Henrico County VA

Top Teachers: Stephanie Tucker

Crestview E.S., preschool
Years spent working in the mortgage industry left Stephanie Tucker with a vacant feeling. During a drive past a Henrico school one day, she saw a sign inviting applications for an instructional assistant position. She interviewed and soon had a job at Crestview Elementary working in one of the school’s Head Start preschool classes (now known as Federal Programs Preschool).

“It was like a light bulb went on,” Tucker said.

Six years later, she realizes every day that she made the right decision.

“As a kid, I always wanted to be a teacher. When I came back to that, I just knew this is where I needed to be.”

From her perch on the front line of preschool education, Tucker has seen the difference it can make for students.

“Preschool is such a critical age,” Tucker said. “You can turn on or turn off a child’s love of learning. If you’ve got a nurturing, safe environment, then you’re giving them one of the tools that they need to be successful.

“It’s really wonderful that the public is really embracing preschool as more than daycare.”

Though the program at Crestview, and those at other Henrico elementaries, pull students from different attendance zones, some of Tucker’s students have continued at Crestview. Several of her first students are now fifth-graders at the school whose continued development she has enjoyed watching.

“Mrs. Tucker rolls up her sleeves and brings joy and determination to the classroom,” one nominator wrote. “Her students are higher needs [students] but she does not see them as such. Her zest for engaging them is limitless.”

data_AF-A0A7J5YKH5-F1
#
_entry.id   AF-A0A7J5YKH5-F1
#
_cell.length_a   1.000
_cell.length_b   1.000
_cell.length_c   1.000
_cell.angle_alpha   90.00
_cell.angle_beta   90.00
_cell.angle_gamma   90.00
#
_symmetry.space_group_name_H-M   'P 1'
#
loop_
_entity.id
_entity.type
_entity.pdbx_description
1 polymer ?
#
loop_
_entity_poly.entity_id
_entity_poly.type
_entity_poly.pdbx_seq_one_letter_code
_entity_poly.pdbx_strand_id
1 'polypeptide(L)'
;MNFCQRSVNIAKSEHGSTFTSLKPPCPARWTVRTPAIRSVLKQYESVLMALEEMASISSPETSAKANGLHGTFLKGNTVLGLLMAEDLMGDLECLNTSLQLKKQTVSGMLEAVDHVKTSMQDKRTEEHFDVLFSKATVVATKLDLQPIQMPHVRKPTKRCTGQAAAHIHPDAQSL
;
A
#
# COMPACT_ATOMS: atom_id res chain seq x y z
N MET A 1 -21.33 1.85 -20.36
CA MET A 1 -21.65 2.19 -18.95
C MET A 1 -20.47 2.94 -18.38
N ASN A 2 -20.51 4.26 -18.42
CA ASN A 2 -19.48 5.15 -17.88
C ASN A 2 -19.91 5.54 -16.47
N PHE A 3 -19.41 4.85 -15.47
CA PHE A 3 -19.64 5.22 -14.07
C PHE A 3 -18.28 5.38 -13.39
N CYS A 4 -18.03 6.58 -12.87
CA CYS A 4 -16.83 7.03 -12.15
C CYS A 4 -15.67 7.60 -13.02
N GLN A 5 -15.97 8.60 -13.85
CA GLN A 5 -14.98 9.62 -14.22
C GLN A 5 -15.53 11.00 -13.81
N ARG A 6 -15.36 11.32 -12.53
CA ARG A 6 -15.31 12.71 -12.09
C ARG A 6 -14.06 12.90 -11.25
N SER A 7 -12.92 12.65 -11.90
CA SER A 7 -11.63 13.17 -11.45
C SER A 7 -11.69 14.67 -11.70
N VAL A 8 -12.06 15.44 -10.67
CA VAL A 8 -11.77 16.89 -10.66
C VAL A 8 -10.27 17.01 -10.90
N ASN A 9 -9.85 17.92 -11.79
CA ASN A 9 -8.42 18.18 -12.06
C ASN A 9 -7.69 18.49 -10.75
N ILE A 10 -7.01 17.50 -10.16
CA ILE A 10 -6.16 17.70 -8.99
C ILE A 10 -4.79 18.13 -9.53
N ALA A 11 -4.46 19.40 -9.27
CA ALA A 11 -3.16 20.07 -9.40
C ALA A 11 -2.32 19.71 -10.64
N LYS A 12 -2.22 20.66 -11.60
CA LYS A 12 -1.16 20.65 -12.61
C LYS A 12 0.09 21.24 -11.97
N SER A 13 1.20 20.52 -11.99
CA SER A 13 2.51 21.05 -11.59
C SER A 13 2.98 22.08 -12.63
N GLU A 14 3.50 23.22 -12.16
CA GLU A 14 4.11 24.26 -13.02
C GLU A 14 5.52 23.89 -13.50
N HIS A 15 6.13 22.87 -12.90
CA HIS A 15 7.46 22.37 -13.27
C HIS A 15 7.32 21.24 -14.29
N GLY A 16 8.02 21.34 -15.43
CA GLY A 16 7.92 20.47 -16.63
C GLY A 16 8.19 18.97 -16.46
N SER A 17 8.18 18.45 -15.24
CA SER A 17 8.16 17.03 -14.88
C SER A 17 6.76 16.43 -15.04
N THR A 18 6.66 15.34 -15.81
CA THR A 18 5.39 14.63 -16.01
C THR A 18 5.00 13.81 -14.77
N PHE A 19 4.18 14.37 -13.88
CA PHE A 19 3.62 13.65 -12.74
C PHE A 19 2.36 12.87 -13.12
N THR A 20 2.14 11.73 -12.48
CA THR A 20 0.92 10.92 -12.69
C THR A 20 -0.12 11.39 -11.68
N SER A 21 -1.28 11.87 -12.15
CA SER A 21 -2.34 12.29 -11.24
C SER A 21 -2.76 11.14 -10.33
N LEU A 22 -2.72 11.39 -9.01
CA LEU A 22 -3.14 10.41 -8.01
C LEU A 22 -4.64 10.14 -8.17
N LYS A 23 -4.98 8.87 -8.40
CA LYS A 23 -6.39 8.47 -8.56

For Tucker, it’s a simple concept.

“Kids are kids, and their basic needs are that they want to be safe and happy, and they want to learn,” she said. “If you can provide that, then they’re successful.”

For the youngsters in her class, there is amazement in some of life’s simplest lessons, such as watching caterpillar larvae turn into butterflies or taking a nature walk.

“So many kids, depending on their background, that’s not happened in their life,” she said. “That’s a great experience. One of the neatest things about it is that kids that age are just ‘eyes wide open,’ unbiased about everything around them. Everything is exciting. I get so much from them by watching all those ‘ah-ha’ moments.

“One thing I think is important is that children absolutely deserve respect. They need to feel that they’re valued. Every child deserves that. Most times when you give a child respect, then you get that back from them.”
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Community

19th Annual Asian American Celebration planned May 21

The Asian American Society of Central Virginia will hold its 19th Annual Asian American Celebration on Saturday, May 21 at the Greater Richmond Convention Center, 403 N. 3rd St. in Richmond, from 11 a.m. to 7 p.m. Admission is free.

The theme for this year’s celebration will be “Our Heritage," in recognition of May as the Asian Pacific American Heritage month, designated by the U.S. Congress in 1992. > Read more.

Sandston Founders Club honors Sydnor


The Founders Club of Sandston presented lifetime membership to Charles W. Sydnor at its 12th annual meeting last month.

Sydnor, who grew up in Sandston and later served as president of Emory and Henry College for eight years, was honored by Founder Club President Alice Taylor Baldwin at the April 23 event at Sandston Memorial Recreation Center. > Read more.
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Restaurant watch

Find out how your favorite dining establishments fared during their most recent inspections by the Virginia Department of Health. > Read more.






 

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The Scottish Rite Childhood Language Center will host its annual Spaghetti Dinner and Benefit Concert from 4:30 p.m. to 7 p.m. at the Scottish Rite Temple, 4204 Hermitage Rd. Meal… Full text

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